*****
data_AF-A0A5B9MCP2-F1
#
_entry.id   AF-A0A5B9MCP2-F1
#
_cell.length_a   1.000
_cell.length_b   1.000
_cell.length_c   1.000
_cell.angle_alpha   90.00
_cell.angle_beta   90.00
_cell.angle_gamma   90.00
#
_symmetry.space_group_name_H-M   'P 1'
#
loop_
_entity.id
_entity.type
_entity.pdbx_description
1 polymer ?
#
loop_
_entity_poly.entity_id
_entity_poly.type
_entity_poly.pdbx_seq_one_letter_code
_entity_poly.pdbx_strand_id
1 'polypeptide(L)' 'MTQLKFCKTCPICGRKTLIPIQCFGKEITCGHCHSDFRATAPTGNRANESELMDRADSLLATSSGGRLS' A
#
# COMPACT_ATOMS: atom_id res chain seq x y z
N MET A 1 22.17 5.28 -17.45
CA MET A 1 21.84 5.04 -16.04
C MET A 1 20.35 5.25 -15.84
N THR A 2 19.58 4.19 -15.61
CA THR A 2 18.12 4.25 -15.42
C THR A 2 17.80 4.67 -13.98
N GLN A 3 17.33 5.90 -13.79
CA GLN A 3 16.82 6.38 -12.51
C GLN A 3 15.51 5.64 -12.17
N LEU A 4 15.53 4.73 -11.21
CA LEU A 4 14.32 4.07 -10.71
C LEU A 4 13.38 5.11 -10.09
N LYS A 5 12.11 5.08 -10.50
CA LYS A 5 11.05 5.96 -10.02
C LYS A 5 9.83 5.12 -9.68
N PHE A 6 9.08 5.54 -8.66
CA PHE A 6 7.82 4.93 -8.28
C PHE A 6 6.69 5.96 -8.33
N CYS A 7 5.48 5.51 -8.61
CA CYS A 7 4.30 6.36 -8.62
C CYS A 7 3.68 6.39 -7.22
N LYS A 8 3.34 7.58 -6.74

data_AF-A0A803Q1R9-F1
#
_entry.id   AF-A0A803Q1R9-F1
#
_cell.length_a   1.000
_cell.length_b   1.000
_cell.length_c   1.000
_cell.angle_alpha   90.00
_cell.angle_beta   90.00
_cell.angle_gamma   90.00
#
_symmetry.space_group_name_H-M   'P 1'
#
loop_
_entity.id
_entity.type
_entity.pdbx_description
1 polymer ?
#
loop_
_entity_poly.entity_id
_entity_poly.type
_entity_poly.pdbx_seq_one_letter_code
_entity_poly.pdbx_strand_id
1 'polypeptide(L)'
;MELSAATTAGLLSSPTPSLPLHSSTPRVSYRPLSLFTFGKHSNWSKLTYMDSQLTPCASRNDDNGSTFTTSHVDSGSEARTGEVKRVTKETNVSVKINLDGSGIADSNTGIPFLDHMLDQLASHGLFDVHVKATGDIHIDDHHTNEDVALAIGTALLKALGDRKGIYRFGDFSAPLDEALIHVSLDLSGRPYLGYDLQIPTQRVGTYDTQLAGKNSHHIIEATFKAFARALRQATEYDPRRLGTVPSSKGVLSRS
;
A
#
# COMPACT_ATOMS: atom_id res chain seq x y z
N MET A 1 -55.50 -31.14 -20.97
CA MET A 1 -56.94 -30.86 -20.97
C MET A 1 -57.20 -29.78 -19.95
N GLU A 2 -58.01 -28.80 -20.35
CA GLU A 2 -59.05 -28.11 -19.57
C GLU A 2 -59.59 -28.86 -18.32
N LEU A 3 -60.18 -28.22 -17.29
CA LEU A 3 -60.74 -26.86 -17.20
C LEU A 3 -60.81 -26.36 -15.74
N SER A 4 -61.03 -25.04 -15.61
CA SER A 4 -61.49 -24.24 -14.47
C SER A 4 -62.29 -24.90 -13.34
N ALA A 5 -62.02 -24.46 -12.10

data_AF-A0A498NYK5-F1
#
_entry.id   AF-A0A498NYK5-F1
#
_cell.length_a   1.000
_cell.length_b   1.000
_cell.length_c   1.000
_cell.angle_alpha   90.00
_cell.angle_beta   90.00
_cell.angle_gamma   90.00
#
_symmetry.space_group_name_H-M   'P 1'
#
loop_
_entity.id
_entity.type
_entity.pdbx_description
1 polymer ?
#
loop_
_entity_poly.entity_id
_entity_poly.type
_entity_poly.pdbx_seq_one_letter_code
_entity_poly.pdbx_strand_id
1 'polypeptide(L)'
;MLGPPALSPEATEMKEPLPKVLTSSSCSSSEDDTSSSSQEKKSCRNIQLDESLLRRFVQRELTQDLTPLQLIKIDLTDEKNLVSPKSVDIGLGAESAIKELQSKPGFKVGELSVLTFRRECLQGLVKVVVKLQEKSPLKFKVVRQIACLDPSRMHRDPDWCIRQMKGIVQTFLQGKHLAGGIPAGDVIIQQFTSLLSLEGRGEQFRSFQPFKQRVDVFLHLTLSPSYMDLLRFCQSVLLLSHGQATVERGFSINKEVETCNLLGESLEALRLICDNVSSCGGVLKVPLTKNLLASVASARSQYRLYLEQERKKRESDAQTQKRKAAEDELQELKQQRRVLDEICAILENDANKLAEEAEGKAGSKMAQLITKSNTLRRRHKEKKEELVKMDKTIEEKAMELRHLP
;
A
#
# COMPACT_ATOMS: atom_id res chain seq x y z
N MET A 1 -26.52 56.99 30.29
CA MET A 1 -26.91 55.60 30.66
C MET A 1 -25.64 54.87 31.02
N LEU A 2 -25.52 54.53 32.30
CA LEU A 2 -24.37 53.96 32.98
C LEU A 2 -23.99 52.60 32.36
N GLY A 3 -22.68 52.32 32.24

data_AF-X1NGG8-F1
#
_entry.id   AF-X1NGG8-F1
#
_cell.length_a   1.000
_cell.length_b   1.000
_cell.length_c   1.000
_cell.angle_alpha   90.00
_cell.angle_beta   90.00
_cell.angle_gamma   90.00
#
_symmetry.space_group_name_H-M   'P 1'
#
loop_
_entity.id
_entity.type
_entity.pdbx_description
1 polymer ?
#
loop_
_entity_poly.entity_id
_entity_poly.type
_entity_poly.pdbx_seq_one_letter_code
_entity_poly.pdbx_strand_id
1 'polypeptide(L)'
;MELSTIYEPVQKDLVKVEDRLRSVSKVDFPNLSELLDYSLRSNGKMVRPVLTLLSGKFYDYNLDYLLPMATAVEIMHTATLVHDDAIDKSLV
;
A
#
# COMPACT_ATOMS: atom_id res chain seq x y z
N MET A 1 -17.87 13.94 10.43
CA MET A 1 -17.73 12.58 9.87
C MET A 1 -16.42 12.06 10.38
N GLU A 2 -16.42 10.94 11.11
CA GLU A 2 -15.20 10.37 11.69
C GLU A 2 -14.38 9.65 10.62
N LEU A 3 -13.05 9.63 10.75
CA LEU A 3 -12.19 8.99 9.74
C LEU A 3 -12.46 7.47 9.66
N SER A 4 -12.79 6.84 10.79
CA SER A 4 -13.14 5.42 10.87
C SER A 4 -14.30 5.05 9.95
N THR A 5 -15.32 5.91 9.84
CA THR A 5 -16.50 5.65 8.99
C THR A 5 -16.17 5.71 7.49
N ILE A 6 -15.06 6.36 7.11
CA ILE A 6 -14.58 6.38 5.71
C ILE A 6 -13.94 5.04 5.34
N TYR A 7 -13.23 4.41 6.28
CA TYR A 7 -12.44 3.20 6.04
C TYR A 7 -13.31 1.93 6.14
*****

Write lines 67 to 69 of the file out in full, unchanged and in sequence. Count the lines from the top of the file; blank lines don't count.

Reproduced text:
1 polymer ?
#
loop_